The phone was eventually passed to me, and as I reported the ongoing trial, Middle Sprout dove in under a blanket and Big Sprout did not move.
"Big Sprout thinks they should be grounded for two days," I explained.
"Two days?" he chuckled, "I was thinking one. Siblings fight, and it couldn't have been that bad," he assessed.
"I agree," I said, shifting to code-talking mode, "but they know the severity, and this is a self-reported crime. I'm going to defer to their self-punishment."
"True," he agreed. "They represent this family, and they can't be cat-fighting...at least not in public."
So, I went from having absolutely no inkling that anything bad had happened, and in less than ten minutes both big sprouts were grounded from electronics for two days. I didn't have to deal with the actual fight, they each took responsibility for their involvement in the altercation, and they accepted the punishment willingly. Maybe parenting is actually happening in this house!
Wednesday, June 16, 2010
"We live in a gated community," the up-and-coming couple reports.
"Congratulations!" I say, reacting the only way I know how.
Living by stereotypes...I know what this means. They have arrived. They have accumulated the resources to live in an expensive house with at least a gate for a guard at the entrance of the neighborhood. I suppose I could be wrong, and the gate could be surrounding the local mobile-home park, but I doubt it. The gated communities that I know have large houses, plush yards, evidence of workers (i.e. gardeners and housekeepers) and name-brand cars rolling in and out of the garages. It's a lovely place to call home. There is a sense of security with that gate, keeping in all that is precious and keeping out all that is unwanted.
My husband and I are slowly accumulating resources... (children seem to suck out faster than we can put in) but I don't know that we'll ever be in the tax-bracket that would allow us to live in one of those gated communities. That's okay. We'll find a way to live comfortably and we'll continue to provide what opportunities we can for our children. I am anxious, though. There is another gated community being built. It's a community to which I sense my children need to belong, and I don't want to be on the outside looking in.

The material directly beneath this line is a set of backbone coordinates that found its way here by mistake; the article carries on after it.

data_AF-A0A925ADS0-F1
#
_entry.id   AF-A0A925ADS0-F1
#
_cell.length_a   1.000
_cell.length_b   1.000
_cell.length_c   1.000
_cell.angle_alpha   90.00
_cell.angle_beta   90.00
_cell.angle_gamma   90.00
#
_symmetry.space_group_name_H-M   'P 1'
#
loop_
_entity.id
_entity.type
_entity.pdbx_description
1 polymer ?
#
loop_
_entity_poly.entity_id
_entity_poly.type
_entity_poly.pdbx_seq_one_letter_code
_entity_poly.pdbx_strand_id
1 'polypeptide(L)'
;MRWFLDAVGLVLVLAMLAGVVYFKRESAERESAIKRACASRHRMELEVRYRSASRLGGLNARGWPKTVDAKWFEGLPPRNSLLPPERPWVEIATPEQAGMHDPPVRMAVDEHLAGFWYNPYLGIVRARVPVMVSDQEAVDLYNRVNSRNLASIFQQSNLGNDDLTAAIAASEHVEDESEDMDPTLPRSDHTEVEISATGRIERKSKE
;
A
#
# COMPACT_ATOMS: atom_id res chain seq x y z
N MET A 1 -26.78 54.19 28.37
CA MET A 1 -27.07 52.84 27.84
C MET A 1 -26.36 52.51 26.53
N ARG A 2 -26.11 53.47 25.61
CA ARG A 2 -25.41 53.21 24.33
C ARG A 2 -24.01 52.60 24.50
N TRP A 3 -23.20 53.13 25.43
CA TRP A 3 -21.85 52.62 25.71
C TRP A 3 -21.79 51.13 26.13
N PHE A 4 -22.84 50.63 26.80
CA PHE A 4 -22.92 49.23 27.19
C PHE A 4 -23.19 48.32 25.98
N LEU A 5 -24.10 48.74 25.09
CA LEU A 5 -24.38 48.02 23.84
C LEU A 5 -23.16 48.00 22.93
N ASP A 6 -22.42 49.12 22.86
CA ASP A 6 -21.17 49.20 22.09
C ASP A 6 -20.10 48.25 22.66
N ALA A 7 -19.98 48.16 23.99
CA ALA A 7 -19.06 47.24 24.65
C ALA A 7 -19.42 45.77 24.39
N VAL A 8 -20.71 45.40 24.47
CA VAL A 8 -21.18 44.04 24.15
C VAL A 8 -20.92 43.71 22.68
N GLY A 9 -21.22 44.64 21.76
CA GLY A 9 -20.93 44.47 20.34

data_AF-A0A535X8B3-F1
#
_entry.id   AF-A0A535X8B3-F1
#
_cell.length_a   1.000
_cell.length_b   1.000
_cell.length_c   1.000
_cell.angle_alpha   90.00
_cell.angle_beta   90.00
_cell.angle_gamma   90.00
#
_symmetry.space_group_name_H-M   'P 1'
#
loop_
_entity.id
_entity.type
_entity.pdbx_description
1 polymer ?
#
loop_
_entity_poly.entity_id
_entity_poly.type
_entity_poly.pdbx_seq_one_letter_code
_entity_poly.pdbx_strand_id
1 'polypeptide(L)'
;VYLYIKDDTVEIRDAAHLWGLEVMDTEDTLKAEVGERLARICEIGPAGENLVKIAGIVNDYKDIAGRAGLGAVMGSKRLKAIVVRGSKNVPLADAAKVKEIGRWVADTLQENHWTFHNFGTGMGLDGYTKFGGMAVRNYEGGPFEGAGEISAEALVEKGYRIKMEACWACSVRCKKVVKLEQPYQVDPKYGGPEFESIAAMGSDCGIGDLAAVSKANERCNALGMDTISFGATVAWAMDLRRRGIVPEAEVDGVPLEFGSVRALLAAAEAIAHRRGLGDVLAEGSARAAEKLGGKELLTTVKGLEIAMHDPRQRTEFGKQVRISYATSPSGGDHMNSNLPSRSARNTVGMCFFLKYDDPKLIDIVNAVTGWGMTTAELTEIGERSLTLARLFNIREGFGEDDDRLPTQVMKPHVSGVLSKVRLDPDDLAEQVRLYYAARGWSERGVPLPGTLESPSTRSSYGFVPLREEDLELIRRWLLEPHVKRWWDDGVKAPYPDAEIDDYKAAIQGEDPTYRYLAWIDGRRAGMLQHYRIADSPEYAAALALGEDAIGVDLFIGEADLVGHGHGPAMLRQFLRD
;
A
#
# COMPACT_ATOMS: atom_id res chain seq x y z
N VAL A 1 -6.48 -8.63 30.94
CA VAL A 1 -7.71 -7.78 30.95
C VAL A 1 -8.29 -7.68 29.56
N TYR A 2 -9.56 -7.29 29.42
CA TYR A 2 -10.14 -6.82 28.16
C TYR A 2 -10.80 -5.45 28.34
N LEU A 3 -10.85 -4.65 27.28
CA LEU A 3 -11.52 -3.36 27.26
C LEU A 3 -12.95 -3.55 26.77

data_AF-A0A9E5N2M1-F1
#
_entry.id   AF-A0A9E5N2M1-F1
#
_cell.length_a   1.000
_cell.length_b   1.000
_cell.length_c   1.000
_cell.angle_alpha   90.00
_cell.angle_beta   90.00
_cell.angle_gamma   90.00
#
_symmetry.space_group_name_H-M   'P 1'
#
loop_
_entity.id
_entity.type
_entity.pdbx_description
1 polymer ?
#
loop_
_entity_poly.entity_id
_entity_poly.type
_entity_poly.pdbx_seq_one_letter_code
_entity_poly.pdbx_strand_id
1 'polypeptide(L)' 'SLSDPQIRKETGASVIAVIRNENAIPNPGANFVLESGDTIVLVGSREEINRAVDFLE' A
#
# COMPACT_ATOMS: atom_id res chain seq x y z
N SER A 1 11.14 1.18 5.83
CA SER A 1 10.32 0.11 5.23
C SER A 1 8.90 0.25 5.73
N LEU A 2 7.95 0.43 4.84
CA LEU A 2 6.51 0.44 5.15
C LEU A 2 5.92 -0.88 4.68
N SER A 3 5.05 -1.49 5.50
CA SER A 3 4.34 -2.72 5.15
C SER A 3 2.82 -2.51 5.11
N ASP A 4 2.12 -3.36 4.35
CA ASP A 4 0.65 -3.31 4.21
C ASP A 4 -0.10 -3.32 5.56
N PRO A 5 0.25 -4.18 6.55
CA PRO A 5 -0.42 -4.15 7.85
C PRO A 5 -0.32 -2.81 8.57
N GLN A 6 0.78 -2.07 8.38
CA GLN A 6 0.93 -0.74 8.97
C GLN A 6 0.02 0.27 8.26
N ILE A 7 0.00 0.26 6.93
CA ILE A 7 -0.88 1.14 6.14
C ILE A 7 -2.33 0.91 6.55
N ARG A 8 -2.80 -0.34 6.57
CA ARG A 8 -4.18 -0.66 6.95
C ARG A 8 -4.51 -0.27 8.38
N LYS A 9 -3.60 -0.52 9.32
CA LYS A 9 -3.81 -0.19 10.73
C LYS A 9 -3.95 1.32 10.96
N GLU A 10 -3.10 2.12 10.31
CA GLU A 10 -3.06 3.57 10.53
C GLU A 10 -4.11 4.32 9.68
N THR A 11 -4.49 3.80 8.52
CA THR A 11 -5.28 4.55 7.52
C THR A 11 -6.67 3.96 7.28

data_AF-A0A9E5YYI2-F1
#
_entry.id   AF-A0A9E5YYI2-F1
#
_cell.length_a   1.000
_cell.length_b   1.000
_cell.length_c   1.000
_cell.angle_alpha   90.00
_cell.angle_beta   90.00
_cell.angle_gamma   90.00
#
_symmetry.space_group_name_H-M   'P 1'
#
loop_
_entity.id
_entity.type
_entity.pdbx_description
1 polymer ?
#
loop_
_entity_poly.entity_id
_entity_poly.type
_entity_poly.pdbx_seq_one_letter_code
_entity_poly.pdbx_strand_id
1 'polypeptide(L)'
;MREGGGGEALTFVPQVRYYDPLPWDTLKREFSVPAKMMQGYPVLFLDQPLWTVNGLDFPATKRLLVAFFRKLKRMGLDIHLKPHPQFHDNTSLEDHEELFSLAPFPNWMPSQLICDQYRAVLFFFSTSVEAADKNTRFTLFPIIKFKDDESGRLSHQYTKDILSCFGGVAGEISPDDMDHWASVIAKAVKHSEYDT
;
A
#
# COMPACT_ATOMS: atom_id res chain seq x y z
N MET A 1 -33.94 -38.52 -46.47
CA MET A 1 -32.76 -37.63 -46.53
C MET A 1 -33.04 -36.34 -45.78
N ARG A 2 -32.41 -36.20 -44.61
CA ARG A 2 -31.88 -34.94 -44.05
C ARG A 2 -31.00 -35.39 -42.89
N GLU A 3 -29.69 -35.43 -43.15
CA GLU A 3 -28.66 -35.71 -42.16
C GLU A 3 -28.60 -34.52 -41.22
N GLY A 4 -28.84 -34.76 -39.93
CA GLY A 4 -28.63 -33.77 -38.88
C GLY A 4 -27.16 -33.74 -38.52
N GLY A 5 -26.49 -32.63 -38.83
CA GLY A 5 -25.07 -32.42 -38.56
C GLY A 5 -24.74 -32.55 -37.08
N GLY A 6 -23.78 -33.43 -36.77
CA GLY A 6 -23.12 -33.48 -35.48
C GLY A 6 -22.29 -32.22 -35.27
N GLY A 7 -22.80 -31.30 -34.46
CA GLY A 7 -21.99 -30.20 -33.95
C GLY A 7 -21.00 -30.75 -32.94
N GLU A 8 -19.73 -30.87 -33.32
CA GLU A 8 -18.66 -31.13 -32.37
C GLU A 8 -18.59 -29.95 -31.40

The pace with which technology is exploding is mind-boggling. I grew up playing PONG on Atari, and my oldest just saved up his money to buy himself an Ipod touch. The capabilities of his new hand-held device far outweigh the things our first desktop computer could do. The advances in smart technology are overwhelming at times.
We spent last Saturday roaming around downtown Chicago and we wandered in to the Apple Store. It was an experience worth having. The store itself is beautiful, and the access to their machines is impressive. There were nearly 100 Ipads laying around on tables so that people could experiment with them and see what they could do. I instantly wanted one. They are beyond cool.
When we left the store and continued down the Michigan Avenue sidewalks, it struck me, as I avoided eye contact with the begging homeless, that except for the access available in that store, there is a segment of the population who will never own something like an Ipad. The percentage of people around the world who will never know what it is to touch a screen and watch it pop to life is too small to fathom. Technology-savvy people are starting to have their own sub-culture and language and life experiences. Some people in the world will never know any of that.
I recognize the blessings I have been afforded simply because I was born in a country that has the opportunities we do. I have worked hard to be admitted into the technology gated community, and barring any disaster, I plan to stay there, but I can't help thinking about the faces on the other side of the gate...the longing faces who want nothing more than a chance to come inside.
Wednesday, June 9, 2010
Out of the blue tonight, Big Sprout piped up from the backseat.
"You know, mom, I think every family should have a baby that stays a baby. You know, like, it never grows up, and it just stays cute."